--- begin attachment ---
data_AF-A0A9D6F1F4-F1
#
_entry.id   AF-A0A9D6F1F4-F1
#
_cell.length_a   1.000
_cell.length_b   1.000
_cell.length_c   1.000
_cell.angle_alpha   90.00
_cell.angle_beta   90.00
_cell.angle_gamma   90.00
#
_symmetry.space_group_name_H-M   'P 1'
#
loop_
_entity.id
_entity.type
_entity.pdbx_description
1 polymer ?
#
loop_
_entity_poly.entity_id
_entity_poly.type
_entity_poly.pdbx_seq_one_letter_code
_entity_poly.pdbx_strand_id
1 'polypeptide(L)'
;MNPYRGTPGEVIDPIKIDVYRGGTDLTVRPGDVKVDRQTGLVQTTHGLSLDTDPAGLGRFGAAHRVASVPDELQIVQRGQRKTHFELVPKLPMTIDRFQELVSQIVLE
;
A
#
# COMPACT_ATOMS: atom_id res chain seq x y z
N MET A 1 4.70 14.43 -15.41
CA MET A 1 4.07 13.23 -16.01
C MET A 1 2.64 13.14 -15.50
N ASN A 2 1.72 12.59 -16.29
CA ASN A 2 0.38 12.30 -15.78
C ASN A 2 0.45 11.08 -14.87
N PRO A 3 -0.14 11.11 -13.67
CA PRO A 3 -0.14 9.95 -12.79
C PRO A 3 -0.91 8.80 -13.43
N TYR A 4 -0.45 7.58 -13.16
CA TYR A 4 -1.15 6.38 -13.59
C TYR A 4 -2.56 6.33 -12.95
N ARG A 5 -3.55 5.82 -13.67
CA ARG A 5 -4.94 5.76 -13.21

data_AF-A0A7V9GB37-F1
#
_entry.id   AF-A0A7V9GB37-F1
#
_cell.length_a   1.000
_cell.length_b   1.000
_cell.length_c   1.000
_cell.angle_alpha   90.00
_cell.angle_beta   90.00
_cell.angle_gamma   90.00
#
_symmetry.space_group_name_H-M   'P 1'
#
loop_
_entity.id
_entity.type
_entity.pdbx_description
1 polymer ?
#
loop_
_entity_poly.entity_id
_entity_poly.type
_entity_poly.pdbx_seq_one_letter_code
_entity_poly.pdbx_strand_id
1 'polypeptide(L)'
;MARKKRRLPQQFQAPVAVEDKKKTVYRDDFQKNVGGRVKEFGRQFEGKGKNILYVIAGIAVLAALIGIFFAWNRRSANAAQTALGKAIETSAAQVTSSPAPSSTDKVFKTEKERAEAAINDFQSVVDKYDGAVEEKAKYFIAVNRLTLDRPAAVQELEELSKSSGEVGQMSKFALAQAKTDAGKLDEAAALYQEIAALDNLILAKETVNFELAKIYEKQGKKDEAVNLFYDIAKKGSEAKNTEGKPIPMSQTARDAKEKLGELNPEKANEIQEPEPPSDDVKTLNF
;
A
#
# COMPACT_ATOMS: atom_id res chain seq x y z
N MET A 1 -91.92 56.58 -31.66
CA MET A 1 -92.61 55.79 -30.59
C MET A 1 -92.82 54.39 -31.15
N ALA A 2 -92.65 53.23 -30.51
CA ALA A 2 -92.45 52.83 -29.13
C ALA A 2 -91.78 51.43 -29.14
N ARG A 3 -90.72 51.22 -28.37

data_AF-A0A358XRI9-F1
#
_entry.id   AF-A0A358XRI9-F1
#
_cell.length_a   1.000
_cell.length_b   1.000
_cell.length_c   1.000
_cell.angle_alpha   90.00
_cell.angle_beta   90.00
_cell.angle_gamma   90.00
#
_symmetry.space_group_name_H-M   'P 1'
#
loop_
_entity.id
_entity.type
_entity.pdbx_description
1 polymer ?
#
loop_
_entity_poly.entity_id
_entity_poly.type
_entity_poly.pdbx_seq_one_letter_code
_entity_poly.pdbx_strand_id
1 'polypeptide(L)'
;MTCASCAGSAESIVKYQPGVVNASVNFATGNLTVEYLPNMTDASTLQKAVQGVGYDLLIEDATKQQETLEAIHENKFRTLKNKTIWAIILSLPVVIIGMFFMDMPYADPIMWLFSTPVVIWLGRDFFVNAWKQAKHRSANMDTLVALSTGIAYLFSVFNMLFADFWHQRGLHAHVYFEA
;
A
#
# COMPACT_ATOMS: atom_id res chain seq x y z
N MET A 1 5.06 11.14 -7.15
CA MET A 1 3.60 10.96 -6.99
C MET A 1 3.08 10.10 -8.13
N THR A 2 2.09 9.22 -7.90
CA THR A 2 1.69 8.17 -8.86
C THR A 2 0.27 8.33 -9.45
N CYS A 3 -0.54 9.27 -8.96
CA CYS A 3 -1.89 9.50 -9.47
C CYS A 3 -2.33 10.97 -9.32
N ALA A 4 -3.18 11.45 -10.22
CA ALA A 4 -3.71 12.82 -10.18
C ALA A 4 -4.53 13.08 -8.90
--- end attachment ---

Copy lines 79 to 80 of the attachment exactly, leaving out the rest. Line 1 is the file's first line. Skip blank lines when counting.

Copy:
CA ALA A 2 -92.45 52.83 -29.13
C ALA A 2 -91.78 51.43 -29.14